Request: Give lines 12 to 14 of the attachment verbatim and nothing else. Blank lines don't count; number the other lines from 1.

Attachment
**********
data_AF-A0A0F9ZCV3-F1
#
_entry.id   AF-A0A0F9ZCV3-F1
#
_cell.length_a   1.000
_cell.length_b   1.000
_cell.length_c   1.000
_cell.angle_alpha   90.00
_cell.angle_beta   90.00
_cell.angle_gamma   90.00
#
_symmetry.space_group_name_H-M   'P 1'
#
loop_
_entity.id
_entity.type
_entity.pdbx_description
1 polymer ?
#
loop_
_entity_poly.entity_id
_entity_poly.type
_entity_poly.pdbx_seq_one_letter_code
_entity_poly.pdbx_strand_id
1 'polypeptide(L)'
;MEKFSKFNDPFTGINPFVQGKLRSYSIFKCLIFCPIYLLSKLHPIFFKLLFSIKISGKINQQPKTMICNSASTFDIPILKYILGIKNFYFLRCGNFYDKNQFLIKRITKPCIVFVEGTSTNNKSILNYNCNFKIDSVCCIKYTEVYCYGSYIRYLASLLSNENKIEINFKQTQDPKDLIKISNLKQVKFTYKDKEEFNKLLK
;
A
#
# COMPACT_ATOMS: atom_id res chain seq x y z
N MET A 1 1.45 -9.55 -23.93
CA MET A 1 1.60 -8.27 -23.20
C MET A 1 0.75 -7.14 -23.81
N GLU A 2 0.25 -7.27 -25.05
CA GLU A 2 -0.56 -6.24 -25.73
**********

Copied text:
_symmetry.space_group_name_H-M   'P 1'
#
loop_